In our current pop culture the word “hero” is used as an adjective for far too wide of a range of individuals of questionable credentials. Quite frankly it is simply far too easy to become a hero these days. Frequently you become a hero for a moment of action that was more instinctive than thought out in a reasoned manner. Running into a burning building and saving a baby is honorable indeed yet it is simply a moment in time. A chance to do something that if you had time to fully consider may have produced a less honorable reaction.
For me real heroes are those who have time to consider their course. People who have plenty of reasoned opportunities to behave in one way or another yet knowingly choose the most difficult self sacrificing path. Chris Shanahan was that kind of hero. Chris was the head of UMass Lowell’s grounds crew. This was a large group of men who weren’t exactly known for their excessive energy. They were state workers the truest- if most unflattering of ways. These guys weren’t noted for breaking a sweat or even coming alive unless overtime was involved. For the most part they were a bunch of healthy guys who were always looking for the easy way out. All that is except for Chris Shanahan.
I think that the first time most people say Chris they were taken aback by his physical appearance. He was confined to a motorized wheel chair. His once prominent stature was now a shriveled shell of what it had been. Chris’s hands were contorted into themselves that made it look painful for him to even manipulate the toggle switch that maneuvered his chair. The most prominent feature of his chair was a giant Marine Corp sticker that he had affixed to the back of the seat. Chris had been a Marine who had served his country and you and I in Viet Nam. I never knew the exact nature of Chris’s ailments but word was that his condition was as a result of his exposure to Agent Orange type chemicals in Viet Nam. Why he was the way he was doesn’t really matter nearly as much as to how he reacted to his condition.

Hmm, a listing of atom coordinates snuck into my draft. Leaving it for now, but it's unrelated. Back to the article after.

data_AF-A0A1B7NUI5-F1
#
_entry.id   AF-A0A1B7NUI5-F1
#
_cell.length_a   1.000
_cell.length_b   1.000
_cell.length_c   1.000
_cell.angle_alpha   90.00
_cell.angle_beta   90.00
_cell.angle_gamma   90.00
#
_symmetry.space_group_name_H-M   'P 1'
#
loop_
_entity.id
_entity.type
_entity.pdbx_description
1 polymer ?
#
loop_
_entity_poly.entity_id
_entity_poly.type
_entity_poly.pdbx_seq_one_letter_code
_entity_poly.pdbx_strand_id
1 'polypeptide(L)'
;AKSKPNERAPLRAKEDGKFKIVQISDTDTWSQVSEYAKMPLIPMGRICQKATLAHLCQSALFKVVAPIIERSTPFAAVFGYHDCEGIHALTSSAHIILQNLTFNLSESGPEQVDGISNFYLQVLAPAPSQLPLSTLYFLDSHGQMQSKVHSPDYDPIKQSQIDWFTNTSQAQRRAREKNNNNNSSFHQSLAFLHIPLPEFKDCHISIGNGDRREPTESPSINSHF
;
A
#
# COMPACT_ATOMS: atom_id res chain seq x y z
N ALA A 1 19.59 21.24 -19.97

In the many years I knew Chris I never once heard him complain about his condition. Even more surprising was the fact that he never even discussed his challenges. Chris chose not to let his lot in life control him or be his focus. Chris came to work every day being dutifully brought to work by his wife in his handicapped van. Always wearing a smile he thought of others and not himself. While I would have certainly wallowed in self pity Chris appeared to be totally unfazed by his lot in life. Chris always impressed me and I wanted to say something to him about it but it always felt like it would be so awkward. We are guys and we don’t share feelings like that now do we? Well I wish I had had that talk with him because Chris died. Chris died suddenly and without fanfare. As it turns out Chris died in a way that seemed totally appropriate to the way he lived his life. He chose normality over drama. He chose not to be the focus of attention or the recipient of sympathy.